Of free passes and goal posts
The verdict is in -- Emilie Boyles is guilty, guilty, guilty and has to pay the City of Portland back nearly $150,000 for breaking the rules in the city's wonderful "clean money" system, whereby taxpayer dollars pay for politicians' campaigns (and trailer rent and back cell phone bills).
I'd be surprised if she had $150 left to pay back.
But why face that fact when it's so easy to kid ourselves? I'm sure there'll be a bunch of "case closed -- great work, Opie and Blackmer" stories circulating in the morning. The city's mainstream media seem to have lost hold of their critical faculties on this subject. For example, this morning the O's City Hall reporters give us their expert "analysis" of the "voter-owned" (but never voted upon) system. The piece has got a spin on it that's sure to please the city commissioners on whom the reporters will be relying for their livelihoods over the next four years: "Clean money" is successful because it reduced overall campaign spending in its first election. Its only failing, apparently, is bad, bad Emilie.
No further mention of Lucinda Tate, who, like Boyles, turned in signatures and certified supposed grassroots donations that appear to have been dummied up. All that's forgotten now. Tate's free pass is apparently universal and permanent. And the fact that the system obviously invites fraud is not worthy of much serious consideration, either.
Let's see. The grand new giveaway spent around $450,000, plus who knows how many hours' worth of bureaucrat time. (Now that the city's only elections officer is resigning, I'm sure there will be two people hired to replace her -- one to do nothing but screw around with the "clean money" system.) The end result: Sten and Saltzman were handily re-elected. Four candidates turned in signatures. Two of those turned in signatures that apparently were faked. One of the two legitimate recipients of the public money was the incumbent who pushed the system into law.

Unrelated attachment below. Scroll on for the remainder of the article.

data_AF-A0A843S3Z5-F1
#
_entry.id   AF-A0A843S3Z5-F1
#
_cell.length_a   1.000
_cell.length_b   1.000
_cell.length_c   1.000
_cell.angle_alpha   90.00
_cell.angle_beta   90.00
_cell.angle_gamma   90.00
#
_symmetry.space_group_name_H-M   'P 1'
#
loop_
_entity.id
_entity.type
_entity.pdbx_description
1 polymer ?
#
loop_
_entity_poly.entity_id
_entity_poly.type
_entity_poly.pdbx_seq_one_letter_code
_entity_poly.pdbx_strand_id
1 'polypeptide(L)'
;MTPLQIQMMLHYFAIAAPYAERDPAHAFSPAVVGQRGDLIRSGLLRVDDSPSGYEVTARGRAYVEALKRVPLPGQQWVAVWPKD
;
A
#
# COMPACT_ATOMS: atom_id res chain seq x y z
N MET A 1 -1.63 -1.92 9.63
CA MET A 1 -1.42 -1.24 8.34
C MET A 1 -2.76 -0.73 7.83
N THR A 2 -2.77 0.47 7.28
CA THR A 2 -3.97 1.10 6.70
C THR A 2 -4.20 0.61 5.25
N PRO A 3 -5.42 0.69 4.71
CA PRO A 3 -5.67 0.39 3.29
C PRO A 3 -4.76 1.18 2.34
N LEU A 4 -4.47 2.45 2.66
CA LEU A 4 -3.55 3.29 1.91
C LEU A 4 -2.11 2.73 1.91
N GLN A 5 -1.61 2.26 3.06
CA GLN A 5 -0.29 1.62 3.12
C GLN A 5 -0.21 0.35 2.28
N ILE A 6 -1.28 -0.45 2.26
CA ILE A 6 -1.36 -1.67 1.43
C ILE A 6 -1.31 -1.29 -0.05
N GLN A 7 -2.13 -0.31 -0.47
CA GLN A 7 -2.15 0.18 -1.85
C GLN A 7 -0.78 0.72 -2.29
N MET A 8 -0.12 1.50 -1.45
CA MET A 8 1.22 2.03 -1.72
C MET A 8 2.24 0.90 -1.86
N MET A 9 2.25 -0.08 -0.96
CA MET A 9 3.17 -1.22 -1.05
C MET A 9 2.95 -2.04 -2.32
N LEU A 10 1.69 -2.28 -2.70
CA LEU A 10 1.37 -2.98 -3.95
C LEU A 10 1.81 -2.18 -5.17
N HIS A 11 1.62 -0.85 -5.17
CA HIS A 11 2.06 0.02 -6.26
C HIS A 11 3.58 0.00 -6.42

The original promise of "clean money" was that it would bring many new faces into politics. But with three races eligible for funding his time around, it clearly didn't do that. And as the O story itself acknowledges, it will probably provide even less of an incentive for new faces to appear in the future.
Why? Well, as Amanda Fritz learned, you can't beat an incumbent without outspending him or her. And under the new system, you will never be able to do that.
If a challenger takes the public money, as Fritz did, the best the challenger will ever do is to match the incumbent in the money department. The incumbent will have no problem raising enough privately to match the taxpayer handout that the challenger is getting; alternatively, the sitting commissioner can just go for public money himself or herself, thus assuring equal war chests.
And if the challenger doesn't take public money, the incumbent can and probably will do so, as Sten did. The incumbent can get his or her $5 donations to qualify for the taxpayer handout with just a few phone calls to some union buds. And so again, the best the challenger can do is match the incumbent in the money department, because the system guarantees that the public-financed candidate always gets as least as much as the candidate who doesn't take the tax dollars.
So now, as the story indicates toward the end, "clean money" is going to make a positive difference only when there's a vacancy on the City Council. It guarantees victory for incumbents in perpetuity.
Still, it's wonderful. The goal posts are moved. The evildoer has been caught and punished. A Vietnam victory. Classic Portland City Hall.